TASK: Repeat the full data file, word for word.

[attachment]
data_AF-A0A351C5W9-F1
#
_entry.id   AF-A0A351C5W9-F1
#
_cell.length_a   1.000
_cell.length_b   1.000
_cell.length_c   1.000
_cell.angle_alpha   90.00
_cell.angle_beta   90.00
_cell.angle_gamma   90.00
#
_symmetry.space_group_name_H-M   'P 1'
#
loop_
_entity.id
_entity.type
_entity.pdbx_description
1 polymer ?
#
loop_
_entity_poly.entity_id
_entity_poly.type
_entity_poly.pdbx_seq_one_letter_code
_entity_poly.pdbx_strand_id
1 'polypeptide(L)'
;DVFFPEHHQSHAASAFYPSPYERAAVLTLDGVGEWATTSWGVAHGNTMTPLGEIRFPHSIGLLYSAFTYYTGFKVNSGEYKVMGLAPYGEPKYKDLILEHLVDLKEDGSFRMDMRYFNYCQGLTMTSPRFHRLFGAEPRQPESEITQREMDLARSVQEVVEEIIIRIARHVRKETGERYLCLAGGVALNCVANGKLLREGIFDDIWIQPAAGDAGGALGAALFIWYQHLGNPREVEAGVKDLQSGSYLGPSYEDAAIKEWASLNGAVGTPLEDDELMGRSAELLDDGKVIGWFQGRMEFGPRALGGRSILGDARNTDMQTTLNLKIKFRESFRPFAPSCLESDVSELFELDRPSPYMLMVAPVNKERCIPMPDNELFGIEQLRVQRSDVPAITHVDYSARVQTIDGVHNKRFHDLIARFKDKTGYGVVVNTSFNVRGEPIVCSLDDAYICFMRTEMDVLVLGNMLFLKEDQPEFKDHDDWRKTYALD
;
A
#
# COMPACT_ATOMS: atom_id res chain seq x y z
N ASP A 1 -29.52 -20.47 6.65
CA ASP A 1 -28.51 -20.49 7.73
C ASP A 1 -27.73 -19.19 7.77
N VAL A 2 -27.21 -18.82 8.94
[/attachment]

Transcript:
data_AF-A0A351C5W9-F1
#
_entry.id   AF-A0A351C5W9-F1
#
_cell.length_a   1.000
_cell.length_b   1.000
_cell.length_c   1.000
_cell.angle_alpha   90.00
_cell.angle_beta   90.00
_cell.angle_gamma   90.00
#
_symmetry.space_group_name_H-M   'P 1'
#
loop_
_entity.id
_entity.type
_entity.pdbx_description
1 polymer ?
#
loop_
_entity_poly.entity_id
_entity_poly.type
_entity_poly.pdbx_seq_one_letter_code
_entity_poly.pdbx_strand_id
1 'polypeptide(L)'
;DVFFPEHHQSHAASAFYPSPYERAAVLTLDGVGEWATTSWGVAHGNTMTPLGEIRFPHSIGLLYSAFTYYTGFKVNSGEYKVMGLAPYGEPKYKDLILEHLVDLKEDGSFRMDMRYFNYCQGLTMTSPRFHRLFGAEPRQPESEITQREMDLARSVQEVVEEIIIRIARHVRKETGERYLCLAGGVALNCVANGKLLREGIFDDIWIQPAAGDAGGALGAALFIWYQHLGNPREVEAGVKDLQSGSYLGPSYEDAAIKEWASLNGAVGTPLEDDELMGRSAELLDDGKVIGWFQGRMEFGPRALGGRSILGDARNTDMQTTLNLKIKFRESFRPFAPSCLESDVSELFELDRPSPYMLMVAPVNKERCIPMPDNELFGIEQLRVQRSDVPAITHVDYSARVQTIDGVHNKRFHDLIARFKDKTGYGVVVNTSFNVRGEPIVCSLDDAYICFMRTEMDVLVLGNMLFLKEDQPEFKDHDDWRKTYALD
;
A
#
# COMPACT_ATOMS: atom_id res chain seq x y z
N ASP A 1 -29.52 -20.47 6.65
CA ASP A 1 -28.51 -20.49 7.73
C ASP A 1 -27.73 -19.19 7.77
N VAL A 2 -27.21 -18.82 8.94